Preprint Article Version 1 Preserved in Portico This version is not peer-reviewed

Acceptability, Appropriateness, and Feasibility of Automated Screening Approaches and Family Communication Methods for Identification of Familial Hypercholesterolemia: Stakeholder Engagement Results from the IMPACT-FH study

Version 1 : Received: 13 May 2021 / Approved: 14 May 2021 / Online: 14 May 2021 (14:49:21 CEST)

A peer-reviewed article of this Preprint also exists.

Jones, L.K.; Walters, N.; Brangan, A.; Ahmed, C.D.; Gatusky, M.; Campbell-Salome, G.; Ladd, I.G.; Sheldon, A.; Gidding, S.S.; McGowan, M.P.; Rahm, A.K.; Sturm, A.C. Acceptability, Appropriateness, and Feasibility of Automated Screening Approaches and Family Communication Methods for Identification of Familial Hypercholesterolemia: Stakeholder Engagement Results from the IMPACT-FH Study. J. Pers. Med. 2021, 11, 587. Jones, L.K.; Walters, N.; Brangan, A.; Ahmed, C.D.; Gatusky, M.; Campbell-Salome, G.; Ladd, I.G.; Sheldon, A.; Gidding, S.S.; McGowan, M.P.; Rahm, A.K.; Sturm, A.C. Acceptability, Appropriateness, and Feasibility of Automated Screening Approaches and Family Communication Methods for Identification of Familial Hypercholesterolemia: Stakeholder Engagement Results from the IMPACT-FH Study. J. Pers. Med. 2021, 11, 587.

Journal reference: J. Pers. Med. 2021, 11, 587
DOI: 10.3390/jpm11060587

Abstract

Guided by the Conceptual Model of Implementation Research, we explored the acceptability, appropriateness, and feasibility of: 1) automated screening approaches utilizing existing health data to identify those who require subsequent diagnostic evaluation for familial hypercholesterolemia (FH) and 2) family communication methods including chatbots and direct contact to communicate information about inherited risk for FH. Focus groups were conducted with 22 individuals with FH (2 groups) and 20 clinicians (3 groups). These were recorded, transcribed, and analyzed using deductive (coded to implementation outcomes) and inductive (themes based on focus group discussions) methods. All stakeholders described these initiatives as: 1) acceptable and appropriate to identify individuals with FH and communicate risk with at-risk relatives; and 2) feasible to implement in current practice. Stakeholders cited current initiatives, outside of FH (e.g., pneumonia protocols, colon cancer and breast cancer screenings), that gave them confidence for successful implementation. Stakeholders described perceived obstacles, such as nonfamiliarity with FH, that could hinder implementation and potential solutions to improve systematic uptake of these initiatives. Automated health data screening, chatbots, and direct contact approaches may be useful for patients and clinicians to improve FH diagnosis and cascade screening.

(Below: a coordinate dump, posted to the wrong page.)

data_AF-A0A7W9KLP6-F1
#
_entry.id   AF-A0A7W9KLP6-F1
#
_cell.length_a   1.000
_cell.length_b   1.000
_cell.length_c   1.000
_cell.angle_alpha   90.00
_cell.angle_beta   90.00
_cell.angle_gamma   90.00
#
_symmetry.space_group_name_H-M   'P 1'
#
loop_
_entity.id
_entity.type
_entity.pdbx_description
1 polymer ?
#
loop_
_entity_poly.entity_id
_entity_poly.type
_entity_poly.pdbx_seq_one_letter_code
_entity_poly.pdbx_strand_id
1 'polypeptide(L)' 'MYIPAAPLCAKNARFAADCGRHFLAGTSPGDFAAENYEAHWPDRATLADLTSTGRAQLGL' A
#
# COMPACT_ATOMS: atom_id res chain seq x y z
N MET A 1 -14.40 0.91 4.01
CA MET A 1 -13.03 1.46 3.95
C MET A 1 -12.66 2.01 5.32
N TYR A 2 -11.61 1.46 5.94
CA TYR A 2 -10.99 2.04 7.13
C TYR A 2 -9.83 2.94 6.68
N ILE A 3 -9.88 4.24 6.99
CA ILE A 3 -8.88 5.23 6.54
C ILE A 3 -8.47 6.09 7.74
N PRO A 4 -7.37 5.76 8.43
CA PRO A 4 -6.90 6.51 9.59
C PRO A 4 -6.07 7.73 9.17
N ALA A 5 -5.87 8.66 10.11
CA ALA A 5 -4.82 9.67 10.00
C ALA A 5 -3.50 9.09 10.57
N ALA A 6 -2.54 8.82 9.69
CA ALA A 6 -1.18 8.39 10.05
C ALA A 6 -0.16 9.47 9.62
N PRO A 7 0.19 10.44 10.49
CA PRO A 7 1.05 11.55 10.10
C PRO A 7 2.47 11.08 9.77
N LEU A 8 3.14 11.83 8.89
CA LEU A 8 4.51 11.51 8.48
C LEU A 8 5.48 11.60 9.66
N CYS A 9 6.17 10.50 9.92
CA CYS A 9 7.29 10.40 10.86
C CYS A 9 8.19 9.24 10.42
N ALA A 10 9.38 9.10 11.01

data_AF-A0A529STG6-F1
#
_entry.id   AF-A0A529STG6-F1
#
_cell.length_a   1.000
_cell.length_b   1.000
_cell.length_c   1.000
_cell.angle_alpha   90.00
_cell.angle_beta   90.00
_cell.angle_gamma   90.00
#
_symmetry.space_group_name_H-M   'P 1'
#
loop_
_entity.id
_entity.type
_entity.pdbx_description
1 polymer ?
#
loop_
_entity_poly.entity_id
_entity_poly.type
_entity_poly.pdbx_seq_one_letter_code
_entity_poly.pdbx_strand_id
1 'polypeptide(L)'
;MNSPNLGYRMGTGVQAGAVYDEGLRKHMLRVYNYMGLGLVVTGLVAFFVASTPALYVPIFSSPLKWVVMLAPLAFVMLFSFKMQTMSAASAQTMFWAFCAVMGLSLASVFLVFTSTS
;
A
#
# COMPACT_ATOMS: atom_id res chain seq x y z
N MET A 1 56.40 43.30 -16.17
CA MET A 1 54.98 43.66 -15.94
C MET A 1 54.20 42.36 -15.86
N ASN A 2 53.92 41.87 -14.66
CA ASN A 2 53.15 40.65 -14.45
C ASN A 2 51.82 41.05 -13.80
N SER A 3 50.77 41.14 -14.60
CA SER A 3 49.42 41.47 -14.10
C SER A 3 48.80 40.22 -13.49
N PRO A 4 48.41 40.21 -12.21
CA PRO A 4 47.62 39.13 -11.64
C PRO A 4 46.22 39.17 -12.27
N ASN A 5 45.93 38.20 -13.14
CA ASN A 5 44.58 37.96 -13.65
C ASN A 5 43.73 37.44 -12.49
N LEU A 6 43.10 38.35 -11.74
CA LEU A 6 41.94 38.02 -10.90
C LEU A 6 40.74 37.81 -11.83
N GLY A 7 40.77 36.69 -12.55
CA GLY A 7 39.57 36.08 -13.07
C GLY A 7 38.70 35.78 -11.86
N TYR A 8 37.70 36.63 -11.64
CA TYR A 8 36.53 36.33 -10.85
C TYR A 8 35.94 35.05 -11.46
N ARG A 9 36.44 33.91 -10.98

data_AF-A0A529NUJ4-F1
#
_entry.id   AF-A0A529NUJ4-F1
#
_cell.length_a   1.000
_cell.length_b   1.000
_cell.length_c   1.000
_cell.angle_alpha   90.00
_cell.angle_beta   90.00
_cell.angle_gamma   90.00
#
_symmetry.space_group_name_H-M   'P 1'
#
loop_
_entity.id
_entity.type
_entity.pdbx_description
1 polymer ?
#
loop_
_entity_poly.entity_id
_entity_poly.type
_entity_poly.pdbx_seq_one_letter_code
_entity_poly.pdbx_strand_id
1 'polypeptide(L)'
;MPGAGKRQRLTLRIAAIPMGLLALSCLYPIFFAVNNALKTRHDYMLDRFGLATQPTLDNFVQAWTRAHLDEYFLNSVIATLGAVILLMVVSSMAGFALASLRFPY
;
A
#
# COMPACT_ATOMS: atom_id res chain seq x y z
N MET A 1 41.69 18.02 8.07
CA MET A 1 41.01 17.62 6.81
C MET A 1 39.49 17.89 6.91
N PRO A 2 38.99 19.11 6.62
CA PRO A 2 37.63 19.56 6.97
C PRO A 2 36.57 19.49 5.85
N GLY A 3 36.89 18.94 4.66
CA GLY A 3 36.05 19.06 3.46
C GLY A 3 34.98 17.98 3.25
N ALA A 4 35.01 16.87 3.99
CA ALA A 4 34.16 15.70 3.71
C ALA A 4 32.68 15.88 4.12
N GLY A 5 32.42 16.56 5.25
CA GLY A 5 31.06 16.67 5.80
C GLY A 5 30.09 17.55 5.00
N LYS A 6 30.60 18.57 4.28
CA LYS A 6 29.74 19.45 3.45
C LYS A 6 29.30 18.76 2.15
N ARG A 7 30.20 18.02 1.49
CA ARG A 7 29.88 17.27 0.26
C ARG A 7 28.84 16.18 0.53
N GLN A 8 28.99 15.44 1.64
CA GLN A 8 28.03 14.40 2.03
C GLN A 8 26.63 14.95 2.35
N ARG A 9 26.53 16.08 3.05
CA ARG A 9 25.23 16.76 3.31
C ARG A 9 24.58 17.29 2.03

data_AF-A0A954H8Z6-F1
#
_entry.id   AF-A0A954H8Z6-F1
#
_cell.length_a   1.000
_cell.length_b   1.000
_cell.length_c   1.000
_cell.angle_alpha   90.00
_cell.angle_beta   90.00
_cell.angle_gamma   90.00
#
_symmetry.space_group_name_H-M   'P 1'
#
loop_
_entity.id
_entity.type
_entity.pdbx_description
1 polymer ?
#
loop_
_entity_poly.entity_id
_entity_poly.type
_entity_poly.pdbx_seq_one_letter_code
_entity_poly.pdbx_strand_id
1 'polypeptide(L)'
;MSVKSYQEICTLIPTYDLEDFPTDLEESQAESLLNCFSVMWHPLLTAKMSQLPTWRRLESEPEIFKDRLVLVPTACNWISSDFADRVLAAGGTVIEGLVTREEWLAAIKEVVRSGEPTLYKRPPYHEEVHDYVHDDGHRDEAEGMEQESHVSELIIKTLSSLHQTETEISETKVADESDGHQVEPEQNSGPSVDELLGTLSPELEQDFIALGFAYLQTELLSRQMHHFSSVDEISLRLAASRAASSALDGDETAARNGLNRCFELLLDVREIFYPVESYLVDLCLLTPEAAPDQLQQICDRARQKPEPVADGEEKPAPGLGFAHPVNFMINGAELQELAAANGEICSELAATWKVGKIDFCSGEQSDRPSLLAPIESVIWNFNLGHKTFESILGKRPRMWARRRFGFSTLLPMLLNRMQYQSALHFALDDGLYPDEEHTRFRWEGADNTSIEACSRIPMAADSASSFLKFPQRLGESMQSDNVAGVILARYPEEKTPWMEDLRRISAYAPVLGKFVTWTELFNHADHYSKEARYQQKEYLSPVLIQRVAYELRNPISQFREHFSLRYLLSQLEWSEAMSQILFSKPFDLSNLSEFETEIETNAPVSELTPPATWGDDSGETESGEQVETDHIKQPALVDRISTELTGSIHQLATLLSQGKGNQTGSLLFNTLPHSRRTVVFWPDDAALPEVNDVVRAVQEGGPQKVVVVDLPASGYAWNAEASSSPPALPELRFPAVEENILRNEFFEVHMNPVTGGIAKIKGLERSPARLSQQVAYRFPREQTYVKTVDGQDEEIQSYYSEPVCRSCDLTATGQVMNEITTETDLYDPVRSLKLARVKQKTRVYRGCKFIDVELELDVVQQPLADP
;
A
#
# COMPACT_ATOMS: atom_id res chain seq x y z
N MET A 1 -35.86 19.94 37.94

Keywords

Familial hypercholesterolemia; identification; implementation outcomes; cascade screening; cascade testing; chatbots; direct contact

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